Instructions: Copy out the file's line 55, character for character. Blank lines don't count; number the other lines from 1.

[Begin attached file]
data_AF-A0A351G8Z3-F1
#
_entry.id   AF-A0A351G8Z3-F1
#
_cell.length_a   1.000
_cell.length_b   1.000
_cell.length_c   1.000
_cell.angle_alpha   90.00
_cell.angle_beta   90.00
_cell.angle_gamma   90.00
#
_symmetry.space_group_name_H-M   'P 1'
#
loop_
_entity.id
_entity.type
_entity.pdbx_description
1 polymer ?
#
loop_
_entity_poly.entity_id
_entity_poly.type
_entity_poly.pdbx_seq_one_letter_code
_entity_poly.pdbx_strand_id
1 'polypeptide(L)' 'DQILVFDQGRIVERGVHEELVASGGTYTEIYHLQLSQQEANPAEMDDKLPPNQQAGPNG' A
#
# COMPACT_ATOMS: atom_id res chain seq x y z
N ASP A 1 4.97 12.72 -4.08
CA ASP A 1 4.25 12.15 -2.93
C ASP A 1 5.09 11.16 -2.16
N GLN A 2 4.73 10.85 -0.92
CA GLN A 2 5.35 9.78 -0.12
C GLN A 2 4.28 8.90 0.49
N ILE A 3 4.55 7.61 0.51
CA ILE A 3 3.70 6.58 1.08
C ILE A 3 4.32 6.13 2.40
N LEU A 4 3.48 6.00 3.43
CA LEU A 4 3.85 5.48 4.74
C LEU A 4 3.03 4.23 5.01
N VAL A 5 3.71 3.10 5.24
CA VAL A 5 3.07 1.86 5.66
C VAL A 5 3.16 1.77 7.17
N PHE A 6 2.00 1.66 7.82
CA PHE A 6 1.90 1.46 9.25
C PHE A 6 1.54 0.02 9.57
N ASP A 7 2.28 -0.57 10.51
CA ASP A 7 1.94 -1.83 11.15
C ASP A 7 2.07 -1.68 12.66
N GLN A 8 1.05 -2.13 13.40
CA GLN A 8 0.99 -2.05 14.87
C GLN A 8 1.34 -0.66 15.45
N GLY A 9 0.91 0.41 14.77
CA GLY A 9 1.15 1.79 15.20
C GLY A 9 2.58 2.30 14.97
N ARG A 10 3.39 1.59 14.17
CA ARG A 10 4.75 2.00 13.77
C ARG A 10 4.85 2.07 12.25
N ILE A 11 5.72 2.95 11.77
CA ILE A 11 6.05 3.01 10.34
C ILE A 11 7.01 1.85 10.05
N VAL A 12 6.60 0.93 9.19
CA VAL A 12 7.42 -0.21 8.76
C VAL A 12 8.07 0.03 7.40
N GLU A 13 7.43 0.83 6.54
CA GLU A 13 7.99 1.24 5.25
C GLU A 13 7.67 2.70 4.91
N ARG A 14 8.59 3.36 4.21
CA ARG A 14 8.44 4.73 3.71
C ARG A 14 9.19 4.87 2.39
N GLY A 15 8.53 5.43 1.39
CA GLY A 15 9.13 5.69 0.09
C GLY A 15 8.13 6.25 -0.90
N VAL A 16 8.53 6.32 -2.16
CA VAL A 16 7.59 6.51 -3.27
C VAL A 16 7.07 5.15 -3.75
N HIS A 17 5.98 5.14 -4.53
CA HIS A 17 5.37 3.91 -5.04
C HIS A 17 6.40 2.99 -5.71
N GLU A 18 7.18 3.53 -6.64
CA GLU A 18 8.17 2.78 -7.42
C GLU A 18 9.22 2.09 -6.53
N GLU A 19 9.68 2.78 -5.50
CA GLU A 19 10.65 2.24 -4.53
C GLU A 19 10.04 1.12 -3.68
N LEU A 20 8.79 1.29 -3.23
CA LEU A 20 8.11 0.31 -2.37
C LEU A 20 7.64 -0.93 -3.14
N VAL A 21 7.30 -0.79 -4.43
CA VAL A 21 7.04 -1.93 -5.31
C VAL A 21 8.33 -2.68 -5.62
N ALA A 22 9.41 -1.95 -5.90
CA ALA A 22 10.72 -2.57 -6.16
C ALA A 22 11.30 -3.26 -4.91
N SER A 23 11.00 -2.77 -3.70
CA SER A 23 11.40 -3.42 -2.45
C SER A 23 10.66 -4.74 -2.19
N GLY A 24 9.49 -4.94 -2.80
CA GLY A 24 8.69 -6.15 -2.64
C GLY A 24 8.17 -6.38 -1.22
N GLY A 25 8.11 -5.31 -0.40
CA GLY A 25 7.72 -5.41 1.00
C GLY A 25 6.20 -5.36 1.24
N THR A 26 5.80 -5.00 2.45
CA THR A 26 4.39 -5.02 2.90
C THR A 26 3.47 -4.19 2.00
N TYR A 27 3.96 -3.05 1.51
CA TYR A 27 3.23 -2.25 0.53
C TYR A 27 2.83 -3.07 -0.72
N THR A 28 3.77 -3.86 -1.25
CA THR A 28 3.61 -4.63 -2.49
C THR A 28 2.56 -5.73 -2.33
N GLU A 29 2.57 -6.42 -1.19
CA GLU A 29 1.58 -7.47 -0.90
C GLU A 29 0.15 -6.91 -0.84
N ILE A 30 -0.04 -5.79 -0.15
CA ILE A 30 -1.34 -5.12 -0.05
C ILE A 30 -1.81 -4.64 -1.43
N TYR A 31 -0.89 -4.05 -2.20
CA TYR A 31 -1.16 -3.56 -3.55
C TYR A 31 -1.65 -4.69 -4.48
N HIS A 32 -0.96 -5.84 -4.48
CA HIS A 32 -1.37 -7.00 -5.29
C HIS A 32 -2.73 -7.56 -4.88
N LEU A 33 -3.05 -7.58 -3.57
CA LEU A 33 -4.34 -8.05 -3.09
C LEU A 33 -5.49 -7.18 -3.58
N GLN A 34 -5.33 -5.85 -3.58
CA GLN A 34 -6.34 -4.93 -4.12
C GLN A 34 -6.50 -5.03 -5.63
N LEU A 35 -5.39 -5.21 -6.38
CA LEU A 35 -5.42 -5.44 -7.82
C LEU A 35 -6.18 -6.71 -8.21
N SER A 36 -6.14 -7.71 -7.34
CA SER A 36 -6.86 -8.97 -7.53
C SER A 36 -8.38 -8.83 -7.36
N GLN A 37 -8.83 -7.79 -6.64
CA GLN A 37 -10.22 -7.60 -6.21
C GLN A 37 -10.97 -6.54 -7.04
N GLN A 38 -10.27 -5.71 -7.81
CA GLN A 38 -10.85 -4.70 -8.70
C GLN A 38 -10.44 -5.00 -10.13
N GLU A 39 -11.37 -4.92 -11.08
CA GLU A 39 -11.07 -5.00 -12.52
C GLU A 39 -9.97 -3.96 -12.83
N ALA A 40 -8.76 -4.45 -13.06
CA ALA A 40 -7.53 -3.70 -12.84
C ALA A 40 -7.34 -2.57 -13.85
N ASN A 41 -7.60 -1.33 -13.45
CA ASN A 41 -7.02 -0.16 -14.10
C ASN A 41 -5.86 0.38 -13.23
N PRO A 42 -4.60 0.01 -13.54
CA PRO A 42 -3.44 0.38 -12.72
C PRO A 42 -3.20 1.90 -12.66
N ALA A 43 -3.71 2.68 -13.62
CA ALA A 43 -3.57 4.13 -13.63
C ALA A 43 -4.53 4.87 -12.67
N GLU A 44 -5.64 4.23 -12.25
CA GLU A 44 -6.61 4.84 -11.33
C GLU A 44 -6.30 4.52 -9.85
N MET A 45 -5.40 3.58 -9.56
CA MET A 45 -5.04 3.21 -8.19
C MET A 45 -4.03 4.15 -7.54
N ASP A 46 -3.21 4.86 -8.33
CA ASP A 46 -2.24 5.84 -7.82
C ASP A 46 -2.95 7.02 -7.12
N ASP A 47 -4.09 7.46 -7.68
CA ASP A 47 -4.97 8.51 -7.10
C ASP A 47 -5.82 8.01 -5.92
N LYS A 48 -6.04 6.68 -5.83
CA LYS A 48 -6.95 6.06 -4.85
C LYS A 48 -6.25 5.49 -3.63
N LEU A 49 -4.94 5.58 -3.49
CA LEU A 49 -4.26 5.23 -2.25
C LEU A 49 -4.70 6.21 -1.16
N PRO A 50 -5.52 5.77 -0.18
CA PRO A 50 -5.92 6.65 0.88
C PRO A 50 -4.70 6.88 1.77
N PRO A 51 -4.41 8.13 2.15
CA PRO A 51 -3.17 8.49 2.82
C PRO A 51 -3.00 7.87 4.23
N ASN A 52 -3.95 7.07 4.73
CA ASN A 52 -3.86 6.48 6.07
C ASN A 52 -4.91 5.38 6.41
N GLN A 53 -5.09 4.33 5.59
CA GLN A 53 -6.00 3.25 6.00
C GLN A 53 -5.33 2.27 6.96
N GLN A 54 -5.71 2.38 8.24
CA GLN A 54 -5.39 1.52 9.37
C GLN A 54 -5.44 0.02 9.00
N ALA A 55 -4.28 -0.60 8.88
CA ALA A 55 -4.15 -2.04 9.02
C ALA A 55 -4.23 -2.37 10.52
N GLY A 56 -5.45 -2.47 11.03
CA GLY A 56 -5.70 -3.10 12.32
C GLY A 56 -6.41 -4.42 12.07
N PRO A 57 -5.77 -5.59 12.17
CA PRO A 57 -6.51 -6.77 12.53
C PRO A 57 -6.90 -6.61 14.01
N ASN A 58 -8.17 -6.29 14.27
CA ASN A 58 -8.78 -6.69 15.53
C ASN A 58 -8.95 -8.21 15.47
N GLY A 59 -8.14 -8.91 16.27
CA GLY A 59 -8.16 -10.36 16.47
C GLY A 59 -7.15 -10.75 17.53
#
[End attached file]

N ARG A 10 3.39 1.59 14.17